Exam 1 Figures

Exam 1 Figures - Figure 2.4 (p. 22): The lowest energy...

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- Figure 2.4 (p. 22): - The lowest energy level or electron shell—the one nearest the nucleus—is level K . It is occupied by a single s orbital, referred to as 1s. The next highest level, L, is occupied by 4 orbitals: one s orbital (referred to as the 2 s orbital) and three p orbitals (each referred to as a 2p orbital). The four L-level orbitals compactly fill the space around the nucleus, like 2 pyramids set base-to-base. Thus, the lowest energy level, K, is populated by 2 electrons, while the next highest energy level, L, is populated by a total of 8 electrons. - Figure 2.5 (p. 23) - When an electron absorbs energy, it moves to higher energy levels, farther from the nucleus. When an electron releases energy, it falls to lower energy levels, closer to the nucleus. - Figure 2.8 (p. 25) - When a sodium atom donates to a chlorine atom, the sodium atom becomes a positively charged sodium ion, and the chlorine atom becomes a negatively charged chloride ion. Sodium chloride (NaCl) forms a highly regular lattice of alternating sodium ions and chloride ions. - Figure 2.10a (26) - Hydrogen gas is a diatomic molecule, meaning that it is composed of two hydrogen atoms, each sharing its electron with the other. - Figure 2.11 (p. 28) - The polar end of this organic molecule is interacting with a water molecule. This interaction bridges a hydrogen atom and is called a hydrogen bond. - Table 2.1 (p. 28) - Cohesion - Hydrogen bonds hold water molecules together - Leaves pull water upward from the roots; seeds swell and germinate - High specific heat - Hydrogen bonds absorb heat when they break, and release heat when they form, minimizing temperature changes - Water stabilizes the temperature of organisms and the environment - High heat of vaporization - Many hydrogen bonds must be broken for water to evaporate - Evaporation of water cools body surfaces - Lower density of ice - Water molecule in an ice crystal are spaced relatively far apart because of hydrogen bonding - Because ice is less dense than water, lakes do not freeze solid - Solubility - Polar water molecules are attracted to ions and polar compounds, making them soluble - Many kinds of molecules can move freely in cells, permitting a diverse array of chemical reactions - Figure 2.10 (p. 27) - Each water molecule is composed of one oxygen atom and two hydrogen atoms. The oxygen atom shares one electron with each hydrogen atom. - The greater electronegativity of the oxygen atom makes the water molecule polar: water carries two partial negative charges near the oxygen atom and two partial positive charges, one on each hydrogen atom. - Figures 3.23 (p. 55) - Monosaccharides, or simple sugars, can contain as few as 3 carbon atoms and are often used as building blocks to form larger molecules. Glyceraldehyde. -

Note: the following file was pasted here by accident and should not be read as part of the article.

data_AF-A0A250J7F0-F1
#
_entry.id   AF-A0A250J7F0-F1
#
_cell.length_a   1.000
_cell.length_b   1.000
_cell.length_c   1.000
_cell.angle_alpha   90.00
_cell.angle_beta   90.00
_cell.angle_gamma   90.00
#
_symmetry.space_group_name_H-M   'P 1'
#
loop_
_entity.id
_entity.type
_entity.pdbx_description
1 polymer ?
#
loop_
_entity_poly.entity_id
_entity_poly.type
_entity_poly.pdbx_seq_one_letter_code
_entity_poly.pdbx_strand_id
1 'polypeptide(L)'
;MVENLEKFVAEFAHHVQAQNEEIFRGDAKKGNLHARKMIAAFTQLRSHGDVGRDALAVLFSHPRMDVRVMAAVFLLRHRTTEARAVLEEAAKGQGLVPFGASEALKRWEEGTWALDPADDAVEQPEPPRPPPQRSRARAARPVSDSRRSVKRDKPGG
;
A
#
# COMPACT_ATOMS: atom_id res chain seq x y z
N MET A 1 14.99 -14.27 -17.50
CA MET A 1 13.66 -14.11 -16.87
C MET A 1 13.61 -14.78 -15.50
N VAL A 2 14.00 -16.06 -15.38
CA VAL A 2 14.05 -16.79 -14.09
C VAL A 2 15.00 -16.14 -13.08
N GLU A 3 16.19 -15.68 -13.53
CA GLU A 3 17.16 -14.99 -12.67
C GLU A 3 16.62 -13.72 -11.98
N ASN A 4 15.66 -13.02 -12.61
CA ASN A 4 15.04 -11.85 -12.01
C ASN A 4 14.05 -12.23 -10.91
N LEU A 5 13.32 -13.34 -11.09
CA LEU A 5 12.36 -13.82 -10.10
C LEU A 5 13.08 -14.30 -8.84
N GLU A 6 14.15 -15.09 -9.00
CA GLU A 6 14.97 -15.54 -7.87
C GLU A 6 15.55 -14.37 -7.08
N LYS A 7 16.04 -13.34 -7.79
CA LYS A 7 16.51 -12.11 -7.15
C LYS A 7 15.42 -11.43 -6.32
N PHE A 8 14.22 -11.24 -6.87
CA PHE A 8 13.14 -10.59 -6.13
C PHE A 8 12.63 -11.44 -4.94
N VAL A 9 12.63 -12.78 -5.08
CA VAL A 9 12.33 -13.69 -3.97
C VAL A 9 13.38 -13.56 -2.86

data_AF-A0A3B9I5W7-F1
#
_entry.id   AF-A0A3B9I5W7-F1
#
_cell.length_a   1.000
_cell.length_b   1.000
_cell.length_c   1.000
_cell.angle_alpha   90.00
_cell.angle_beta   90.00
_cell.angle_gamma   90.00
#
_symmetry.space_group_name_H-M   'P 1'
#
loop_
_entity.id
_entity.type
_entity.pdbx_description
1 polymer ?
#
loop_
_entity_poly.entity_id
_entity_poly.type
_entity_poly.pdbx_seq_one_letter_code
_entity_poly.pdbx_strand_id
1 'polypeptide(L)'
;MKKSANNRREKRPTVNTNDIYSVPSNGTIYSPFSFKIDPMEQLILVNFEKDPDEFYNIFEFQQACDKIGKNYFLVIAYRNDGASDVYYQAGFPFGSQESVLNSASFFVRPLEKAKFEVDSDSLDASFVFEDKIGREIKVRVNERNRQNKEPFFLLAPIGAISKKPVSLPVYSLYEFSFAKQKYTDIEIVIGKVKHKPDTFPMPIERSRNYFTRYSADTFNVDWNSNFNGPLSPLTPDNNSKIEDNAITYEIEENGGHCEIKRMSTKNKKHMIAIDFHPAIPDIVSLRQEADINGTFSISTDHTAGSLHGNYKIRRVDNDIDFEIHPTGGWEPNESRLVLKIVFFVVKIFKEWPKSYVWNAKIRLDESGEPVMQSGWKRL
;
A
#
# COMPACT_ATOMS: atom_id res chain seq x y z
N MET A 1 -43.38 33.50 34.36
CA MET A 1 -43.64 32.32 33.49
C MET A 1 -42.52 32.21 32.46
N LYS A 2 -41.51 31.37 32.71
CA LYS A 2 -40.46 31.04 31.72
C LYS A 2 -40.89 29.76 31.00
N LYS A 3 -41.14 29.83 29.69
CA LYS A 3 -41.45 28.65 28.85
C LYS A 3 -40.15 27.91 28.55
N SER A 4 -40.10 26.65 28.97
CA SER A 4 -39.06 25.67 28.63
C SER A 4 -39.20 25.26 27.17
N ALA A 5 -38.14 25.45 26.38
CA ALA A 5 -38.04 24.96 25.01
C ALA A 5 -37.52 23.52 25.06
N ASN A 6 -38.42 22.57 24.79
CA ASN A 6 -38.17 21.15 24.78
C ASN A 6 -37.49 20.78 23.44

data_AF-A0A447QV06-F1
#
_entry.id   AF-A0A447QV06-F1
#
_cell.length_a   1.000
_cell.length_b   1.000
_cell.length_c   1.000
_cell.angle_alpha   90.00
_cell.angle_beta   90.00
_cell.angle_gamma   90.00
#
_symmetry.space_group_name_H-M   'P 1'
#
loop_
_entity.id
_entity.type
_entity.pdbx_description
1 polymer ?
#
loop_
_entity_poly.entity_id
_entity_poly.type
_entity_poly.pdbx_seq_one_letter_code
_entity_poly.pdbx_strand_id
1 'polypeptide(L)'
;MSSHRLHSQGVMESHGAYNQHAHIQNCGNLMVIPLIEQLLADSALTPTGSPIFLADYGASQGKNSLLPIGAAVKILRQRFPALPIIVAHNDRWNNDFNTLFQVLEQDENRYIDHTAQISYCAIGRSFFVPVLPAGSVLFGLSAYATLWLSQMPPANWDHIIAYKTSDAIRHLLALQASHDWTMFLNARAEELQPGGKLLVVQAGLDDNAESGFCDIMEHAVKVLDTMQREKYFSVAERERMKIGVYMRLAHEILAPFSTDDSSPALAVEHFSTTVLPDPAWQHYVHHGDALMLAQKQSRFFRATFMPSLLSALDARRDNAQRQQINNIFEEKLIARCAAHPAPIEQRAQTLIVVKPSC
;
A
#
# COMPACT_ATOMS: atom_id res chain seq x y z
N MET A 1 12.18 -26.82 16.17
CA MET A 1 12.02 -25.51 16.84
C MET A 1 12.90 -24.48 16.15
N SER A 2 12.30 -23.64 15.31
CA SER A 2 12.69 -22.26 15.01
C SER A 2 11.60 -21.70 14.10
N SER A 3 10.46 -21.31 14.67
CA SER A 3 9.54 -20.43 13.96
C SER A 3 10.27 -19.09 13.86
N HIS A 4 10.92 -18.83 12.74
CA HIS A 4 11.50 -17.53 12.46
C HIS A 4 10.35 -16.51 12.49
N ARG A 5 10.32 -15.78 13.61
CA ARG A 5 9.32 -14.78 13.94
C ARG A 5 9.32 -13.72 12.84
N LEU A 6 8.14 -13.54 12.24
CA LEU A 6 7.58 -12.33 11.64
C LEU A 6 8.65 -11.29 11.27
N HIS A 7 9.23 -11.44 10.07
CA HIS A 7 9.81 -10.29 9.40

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Exam 1 Figures - Figure 2.4 (p. 22): The lowest energy...

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